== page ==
How To

How to Follow Influencer Marketing Laws

By Editorial Staff

What Are Influencer Marketing Laws?

As with any marketing strategy, legal and ethical issues come into play. In regard to influencer marketing, the biggest concerns revolve around transparency and disclosure. This means that consumers most know all of your marketing efforts are the result of a partnership between the company and the influencer. 

When thinking about how impactful social media can be, it can seem unfair or misleading when consumers don’t know that a certain post or page exists because an influencer got money or free products for it. That is why the U.S. Federal Trade Commission (FTC) created Endorsement Guidelines that explain key influencer marketing guidelines and examples for companies to use. 

In April 2017, the FTC sent 90 letters to influencers and marketers to educate them on these influencer marketing laws. The letters explained that brands and influencers must clearly disclaim when a personal relationship between the two exists and influences the promotion. The relationship must also be disclosed if money or free products were exchanged for the promotion. 

In September 2017, 21 warning letters were sent out to individuals from the original 90 whose disclosures were not meeting the FTC’s standards. Celebrities such as Lindsay Lohan, Naomi Campbell, and Sofia Vergara were among some of the 21 recipients. According to the FTC, if it gets to the point of sending a final order, those found guilty can face a civil penalty of up to $40,654. It has been made clear that the FTC is willing to crack down on violators of influencer marketing laws, making it more imperative than ever to be aware of what they are and how to follow them.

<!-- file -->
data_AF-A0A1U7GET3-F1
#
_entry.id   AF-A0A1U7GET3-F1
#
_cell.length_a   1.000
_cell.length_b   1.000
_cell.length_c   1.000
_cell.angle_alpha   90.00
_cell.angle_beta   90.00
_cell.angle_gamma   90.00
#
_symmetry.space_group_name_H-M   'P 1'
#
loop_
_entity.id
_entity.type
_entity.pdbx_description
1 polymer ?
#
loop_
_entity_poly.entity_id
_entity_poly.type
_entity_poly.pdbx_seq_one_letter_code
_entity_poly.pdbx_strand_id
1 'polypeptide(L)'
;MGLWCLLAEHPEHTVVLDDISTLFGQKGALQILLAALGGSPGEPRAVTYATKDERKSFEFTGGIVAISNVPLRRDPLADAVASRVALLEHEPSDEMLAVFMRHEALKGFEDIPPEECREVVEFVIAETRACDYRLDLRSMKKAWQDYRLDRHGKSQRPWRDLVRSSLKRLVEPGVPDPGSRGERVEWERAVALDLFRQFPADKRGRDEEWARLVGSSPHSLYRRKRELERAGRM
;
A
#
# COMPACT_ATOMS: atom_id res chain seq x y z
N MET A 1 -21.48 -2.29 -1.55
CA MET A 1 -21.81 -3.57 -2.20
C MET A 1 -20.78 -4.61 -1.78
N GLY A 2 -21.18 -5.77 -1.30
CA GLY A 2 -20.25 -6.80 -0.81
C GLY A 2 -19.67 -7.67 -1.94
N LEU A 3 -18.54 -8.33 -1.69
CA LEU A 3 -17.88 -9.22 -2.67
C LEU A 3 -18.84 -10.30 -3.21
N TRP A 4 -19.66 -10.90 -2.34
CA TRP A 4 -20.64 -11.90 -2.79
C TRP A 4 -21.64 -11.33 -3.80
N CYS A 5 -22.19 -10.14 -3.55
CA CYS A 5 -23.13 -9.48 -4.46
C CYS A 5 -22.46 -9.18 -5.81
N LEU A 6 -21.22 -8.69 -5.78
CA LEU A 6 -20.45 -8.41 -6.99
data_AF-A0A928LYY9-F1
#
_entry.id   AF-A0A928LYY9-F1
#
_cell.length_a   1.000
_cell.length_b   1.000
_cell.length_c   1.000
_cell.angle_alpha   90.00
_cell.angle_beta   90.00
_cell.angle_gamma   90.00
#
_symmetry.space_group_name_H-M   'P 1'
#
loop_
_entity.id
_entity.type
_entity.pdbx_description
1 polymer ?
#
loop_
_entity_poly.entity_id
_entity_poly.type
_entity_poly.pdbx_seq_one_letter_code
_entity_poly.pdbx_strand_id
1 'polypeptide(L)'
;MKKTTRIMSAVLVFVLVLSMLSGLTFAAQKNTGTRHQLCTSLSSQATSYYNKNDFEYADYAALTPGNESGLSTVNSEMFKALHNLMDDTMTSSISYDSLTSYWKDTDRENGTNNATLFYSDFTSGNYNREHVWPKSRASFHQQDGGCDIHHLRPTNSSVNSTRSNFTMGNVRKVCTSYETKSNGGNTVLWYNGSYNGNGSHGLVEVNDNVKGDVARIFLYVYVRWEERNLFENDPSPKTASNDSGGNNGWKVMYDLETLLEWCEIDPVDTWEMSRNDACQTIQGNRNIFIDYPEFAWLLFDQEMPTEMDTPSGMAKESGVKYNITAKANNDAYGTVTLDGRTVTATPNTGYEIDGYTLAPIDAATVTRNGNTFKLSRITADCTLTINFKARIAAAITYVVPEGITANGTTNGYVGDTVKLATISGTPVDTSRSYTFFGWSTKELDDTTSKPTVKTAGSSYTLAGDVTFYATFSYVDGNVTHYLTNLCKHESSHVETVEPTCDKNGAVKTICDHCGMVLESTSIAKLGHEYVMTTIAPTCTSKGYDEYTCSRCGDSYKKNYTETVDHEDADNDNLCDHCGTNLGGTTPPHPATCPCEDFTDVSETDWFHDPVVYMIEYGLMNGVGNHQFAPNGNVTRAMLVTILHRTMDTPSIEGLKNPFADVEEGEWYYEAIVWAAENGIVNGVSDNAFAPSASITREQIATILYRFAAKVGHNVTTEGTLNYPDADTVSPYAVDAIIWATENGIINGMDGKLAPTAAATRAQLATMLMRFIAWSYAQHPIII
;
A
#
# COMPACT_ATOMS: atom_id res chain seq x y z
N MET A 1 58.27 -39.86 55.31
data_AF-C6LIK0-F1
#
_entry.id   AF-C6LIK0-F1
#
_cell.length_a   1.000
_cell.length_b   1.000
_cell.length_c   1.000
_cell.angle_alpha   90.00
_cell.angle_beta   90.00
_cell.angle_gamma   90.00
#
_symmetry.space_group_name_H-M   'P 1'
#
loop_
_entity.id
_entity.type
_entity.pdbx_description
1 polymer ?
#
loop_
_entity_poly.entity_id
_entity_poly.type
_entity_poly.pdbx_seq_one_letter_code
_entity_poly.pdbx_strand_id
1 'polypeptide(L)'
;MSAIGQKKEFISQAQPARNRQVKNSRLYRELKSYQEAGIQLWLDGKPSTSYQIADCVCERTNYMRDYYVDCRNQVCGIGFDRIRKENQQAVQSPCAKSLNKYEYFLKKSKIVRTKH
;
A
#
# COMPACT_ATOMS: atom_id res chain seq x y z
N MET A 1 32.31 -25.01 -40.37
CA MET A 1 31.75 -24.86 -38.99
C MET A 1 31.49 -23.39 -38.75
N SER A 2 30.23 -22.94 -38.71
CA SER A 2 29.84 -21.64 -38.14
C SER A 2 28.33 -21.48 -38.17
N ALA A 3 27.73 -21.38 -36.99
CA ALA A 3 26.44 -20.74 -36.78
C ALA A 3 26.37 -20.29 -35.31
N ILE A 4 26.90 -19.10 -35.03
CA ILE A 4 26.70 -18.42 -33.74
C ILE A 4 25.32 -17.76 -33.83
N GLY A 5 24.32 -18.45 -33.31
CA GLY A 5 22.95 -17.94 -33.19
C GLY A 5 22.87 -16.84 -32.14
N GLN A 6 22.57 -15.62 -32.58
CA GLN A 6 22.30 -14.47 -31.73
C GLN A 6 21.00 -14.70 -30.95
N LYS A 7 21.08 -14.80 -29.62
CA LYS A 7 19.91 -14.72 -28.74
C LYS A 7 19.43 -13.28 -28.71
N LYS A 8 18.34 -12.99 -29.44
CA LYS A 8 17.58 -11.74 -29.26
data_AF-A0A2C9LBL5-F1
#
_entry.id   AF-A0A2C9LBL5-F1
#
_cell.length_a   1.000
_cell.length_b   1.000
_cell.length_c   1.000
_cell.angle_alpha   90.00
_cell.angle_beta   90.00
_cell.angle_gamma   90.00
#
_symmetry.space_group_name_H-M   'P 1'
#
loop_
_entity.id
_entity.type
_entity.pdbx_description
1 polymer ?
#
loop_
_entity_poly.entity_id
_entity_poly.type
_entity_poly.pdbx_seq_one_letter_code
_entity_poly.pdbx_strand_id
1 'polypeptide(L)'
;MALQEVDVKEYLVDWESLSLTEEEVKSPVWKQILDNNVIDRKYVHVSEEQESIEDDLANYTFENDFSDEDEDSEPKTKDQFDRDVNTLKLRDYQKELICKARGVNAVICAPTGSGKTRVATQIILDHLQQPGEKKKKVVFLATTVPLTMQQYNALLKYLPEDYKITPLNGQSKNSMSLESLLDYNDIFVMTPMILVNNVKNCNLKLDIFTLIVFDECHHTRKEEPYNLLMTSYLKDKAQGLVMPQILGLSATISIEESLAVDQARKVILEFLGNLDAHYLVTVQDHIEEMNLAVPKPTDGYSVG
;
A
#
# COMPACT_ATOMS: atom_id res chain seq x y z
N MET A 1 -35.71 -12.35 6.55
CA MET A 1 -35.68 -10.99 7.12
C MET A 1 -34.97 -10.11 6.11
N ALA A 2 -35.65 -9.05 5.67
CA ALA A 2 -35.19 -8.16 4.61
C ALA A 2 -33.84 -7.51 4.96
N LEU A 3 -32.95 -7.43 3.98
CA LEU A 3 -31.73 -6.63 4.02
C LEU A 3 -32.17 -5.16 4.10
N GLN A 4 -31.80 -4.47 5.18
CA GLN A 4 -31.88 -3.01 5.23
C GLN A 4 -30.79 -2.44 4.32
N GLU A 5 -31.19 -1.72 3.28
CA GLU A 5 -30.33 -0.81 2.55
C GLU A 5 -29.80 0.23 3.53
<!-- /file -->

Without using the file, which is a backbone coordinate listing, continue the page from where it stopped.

FTC Warning Letter– Influencer Marketing Laws

How to Follow Influencer Marketing Laws

How can you make sure you are following these influencer marketing laws? It can be tricky, mainly because there are no set-in-stone rules to follow. The whole process is more of a common-sense idea that requires every promotion to clearly state that it is a promotion. 

You’ve probably seen tons of these disclosures on platforms like Instagram where influencers leave #ad, #paid, or #sponsored in their captions. That is the easiest way to ask your influencers to disclose. (Pro tip: The FTC has already shut down shortcut hashtags like #sp, #partner, #abassador, or #thanks[brand name], for not being clear enough so don’t try them!)